Cooling System

Removal of Radiator for Replacement

My ’04 F650CS radiator developed a leak, which seemed to originate from the top right corner of the core. I decided to remove the radiator and take it to a local radiator repair shop. I followed the steps in the repair manual to remove the radiator. I learned that the manual doesn’t always tell you everything you need to do. Tools I used – gloves, paper towel, funnel, drip tray, small plastic sandwich bags, container for coolant, family pet, torx set, metric sockets and a variety of screwdriver bits.


I found it easier to remove the seat, grab rails, left and right fairings when I stood my bike up on it’s center stand. Instructions to remove panels can be found at Tupperware Removal.


I moved my bike off of the center stand to it’s side stand. At the bottom of the picture is the drainage bolt that is on the left side of the engine.


I removed the drainage bolt and under the head is the copper washer (P/N 11 14 2 343 240).


I set up my funnel and container to capture the coolant. Once I opened the radiator cap, the coolant quickly streamed out and into the funnel. Once the flow of coolant stopped, I reinstalled the drainage bolt to keep dirt from entering the drain hole.


My next step would be to remove the hose from the centre column to drain some more coolant. I cleaned off some dirt around the hose and I used a socket to undo the hose clamp.


I use small plastic sandwich bags to prevent dirt from entering the cooling system. I used the hose clamp to keep the plastic bag from falling off.


I removed the bolt that secures the reservoir tank. The manual says that once you removed the bolt, all you have to do is slide the tank straight out of the bike.


Before you slide the reservoir tank out, a line sits in a recessed part of the tank. You can lift it up before you slide the tank out.


Once the line is out of the way, you can pull out the reservoir tank. A tube sticks out at the end of the tank and there are two brown marks on the tube. That’s because the tube is secured in place by a rubber grommet.


I used a socket to remove the hose clamp that connects the reservoir tank to the radiator. I emptied the coolant out of the reservoir tank.


I moved the bike from the side stand back on to the center stand. The next component removed will be the cooling fan that sits behind the radiator.


On top of the cooling fan shroud are the Diagnosis and Fan plugs.


The Diagnosis plug sits in cradle. Push the tabs of the cradle away from Diagnosis plug and it easily pulls out of its cradle. Disconnect the Fan plug by squeezing the tabs on the sides to pull the connector apart.


In the photograph, on right side of the cradle is a smaller clip that holds the wire bundle for the Diagnosis plug.


To the rear of the fan shroud is a small wire bundle (the blurry wires), pull the bundle away from the clip on the back of the fan shroud. The cooling fan shroud is ready to be removed from the radiator.


There are two tabs, one on top and one on the bottom. I gently pried the tabs up with a flat tip screwdriver one at a time. I thought I was going to break the tabs because it seemed that I had to lift them higher than I expected.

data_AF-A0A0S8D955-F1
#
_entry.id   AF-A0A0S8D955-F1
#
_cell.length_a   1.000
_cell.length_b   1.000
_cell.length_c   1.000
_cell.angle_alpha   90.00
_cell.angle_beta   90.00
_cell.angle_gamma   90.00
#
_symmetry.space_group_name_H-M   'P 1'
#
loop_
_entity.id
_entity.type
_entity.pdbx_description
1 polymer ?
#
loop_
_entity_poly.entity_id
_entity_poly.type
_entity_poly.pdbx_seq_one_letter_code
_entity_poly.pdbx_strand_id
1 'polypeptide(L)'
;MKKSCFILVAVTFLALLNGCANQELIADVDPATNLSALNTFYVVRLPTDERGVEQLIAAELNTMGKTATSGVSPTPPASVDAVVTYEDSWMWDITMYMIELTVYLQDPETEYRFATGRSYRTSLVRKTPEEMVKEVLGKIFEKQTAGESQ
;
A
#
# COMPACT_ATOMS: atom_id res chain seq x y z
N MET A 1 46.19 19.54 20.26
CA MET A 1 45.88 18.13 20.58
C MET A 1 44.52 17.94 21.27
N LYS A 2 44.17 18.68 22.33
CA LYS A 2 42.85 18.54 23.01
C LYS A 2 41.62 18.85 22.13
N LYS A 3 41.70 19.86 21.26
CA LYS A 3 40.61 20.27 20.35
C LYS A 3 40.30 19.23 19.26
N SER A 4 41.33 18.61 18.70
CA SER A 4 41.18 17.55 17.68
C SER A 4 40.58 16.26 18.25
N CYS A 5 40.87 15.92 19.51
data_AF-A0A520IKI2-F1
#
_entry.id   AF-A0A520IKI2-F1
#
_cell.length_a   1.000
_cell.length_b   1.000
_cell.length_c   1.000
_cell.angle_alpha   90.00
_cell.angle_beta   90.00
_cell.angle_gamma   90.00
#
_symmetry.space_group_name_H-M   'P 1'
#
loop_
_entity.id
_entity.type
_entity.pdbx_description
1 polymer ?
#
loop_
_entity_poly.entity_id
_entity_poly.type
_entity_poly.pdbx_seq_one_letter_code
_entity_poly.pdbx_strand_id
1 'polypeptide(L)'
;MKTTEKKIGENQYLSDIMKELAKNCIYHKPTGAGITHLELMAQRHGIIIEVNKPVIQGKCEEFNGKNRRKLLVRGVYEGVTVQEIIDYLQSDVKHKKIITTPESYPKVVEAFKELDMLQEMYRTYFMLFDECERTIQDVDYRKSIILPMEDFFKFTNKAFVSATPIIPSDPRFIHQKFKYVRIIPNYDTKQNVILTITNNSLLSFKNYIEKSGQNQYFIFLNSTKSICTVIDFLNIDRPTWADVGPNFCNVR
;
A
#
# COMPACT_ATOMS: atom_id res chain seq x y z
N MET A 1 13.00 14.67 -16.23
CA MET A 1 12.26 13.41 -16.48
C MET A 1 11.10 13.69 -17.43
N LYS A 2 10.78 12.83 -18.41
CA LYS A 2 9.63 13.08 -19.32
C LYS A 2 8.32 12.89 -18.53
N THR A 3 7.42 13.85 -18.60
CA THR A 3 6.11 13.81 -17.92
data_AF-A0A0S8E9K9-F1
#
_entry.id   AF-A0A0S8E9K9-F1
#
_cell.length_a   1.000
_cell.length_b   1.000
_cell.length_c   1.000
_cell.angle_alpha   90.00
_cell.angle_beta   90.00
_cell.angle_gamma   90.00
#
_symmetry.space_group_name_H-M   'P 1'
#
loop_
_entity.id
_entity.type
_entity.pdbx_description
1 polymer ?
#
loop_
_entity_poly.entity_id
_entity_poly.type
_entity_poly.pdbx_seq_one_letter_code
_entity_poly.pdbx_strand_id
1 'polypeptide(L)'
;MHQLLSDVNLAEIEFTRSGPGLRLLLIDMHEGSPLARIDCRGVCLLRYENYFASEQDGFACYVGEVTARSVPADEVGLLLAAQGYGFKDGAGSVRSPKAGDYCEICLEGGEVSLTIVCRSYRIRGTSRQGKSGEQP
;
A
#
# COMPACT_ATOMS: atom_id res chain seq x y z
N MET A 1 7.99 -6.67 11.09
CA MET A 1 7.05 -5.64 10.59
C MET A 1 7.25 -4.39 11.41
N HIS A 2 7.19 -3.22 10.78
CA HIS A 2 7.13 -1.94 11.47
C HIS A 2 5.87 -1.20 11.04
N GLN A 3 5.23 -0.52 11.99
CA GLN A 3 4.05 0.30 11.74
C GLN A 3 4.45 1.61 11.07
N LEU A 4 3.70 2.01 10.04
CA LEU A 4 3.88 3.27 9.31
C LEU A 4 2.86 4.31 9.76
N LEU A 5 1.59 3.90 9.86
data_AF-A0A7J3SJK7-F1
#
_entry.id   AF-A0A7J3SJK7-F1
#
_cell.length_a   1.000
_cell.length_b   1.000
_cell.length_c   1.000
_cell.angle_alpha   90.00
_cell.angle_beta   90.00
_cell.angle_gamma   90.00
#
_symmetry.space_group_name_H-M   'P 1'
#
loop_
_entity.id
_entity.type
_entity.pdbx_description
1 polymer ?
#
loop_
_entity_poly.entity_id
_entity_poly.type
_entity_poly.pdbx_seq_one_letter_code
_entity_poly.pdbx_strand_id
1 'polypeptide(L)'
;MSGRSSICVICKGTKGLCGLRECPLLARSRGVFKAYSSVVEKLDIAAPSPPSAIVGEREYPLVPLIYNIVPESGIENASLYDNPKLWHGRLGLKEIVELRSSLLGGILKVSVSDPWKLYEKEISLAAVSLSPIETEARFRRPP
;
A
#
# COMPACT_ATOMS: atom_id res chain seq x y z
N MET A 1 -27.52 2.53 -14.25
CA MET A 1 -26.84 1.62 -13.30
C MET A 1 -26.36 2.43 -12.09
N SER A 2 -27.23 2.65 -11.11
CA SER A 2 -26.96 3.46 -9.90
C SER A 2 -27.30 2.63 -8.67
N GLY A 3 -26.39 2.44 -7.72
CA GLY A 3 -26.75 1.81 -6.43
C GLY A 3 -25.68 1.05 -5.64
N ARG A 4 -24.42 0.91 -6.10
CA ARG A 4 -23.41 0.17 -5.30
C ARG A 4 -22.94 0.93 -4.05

Once the tabs have been disengaged from the radiator, all you have to do is gently slide the fan shroud along the radiator. The tube at the end of the reservoir tank sits in the rubber grommet - good thing to remember when re-installing the reservoir tank.


View looking down as I slid the fan shroud from out behind the radiator.


A view of the rear of the radiator with the fan shroud removed. If you look at the center of the radiator, you can see a vertical mark that turns out to be damage from the shroud.


I’ll be trimming the edge of the shroud between the tabs to keep it from contacting the radiator.


Back to the left side of the radiator and the next component to be removed is the thermostat assembly.


Looking at the radiator from the front, you can see two little rectangular slots on either side of the housing. You can see the end of the retaining clip in the right hand rectangular slot. I used a flat tip screwdriver to poke the ends of the retaining clip.


Poking the ends of the retaining clip helps to push the clip partially out of the housing. I was able to slide the screwdriver tip up between the clip and the housing. I wiggled the screwdriver a bit back and forth and the clip released it’s grip around the thermostat assembly.


Once the retaining clip was removed, the thermostat assembly could be removed from the radiator. There is a slot large enough to slide a flat tipped screwdriver bit into so you can pry the thermostat assembly down from the radiator.


While I pried it with the screwdriver, I had to give the thermostat a bit of a tug because of the o-ring around the thermostat.


After I was able to remove the thermostat, company arrived to make sure everything was ok.


My thumb is pointing to the o-ring, which is in fine condition. I also discovered white deposits in the thermostat assembly (looks like white spots of paint) which I easily scrapped away with my gloved fingernail.


I detached the last hose from the radiator and covered the end with a plastic bag.


Only two bolts remained to hold the radiator in place.


I had a look under the radiator and discovered that the radiator is resting on a rubber grommet. Once I removed the bolts, the radiator slid out of the left side of the bike with ease.


There was some coolant left in the radiator.


Radiator removed.


View into the thermostat housing portion of the radiator.


I found that coolant would drip out every time I removed a hose or moved the bike from the side to the center stand.

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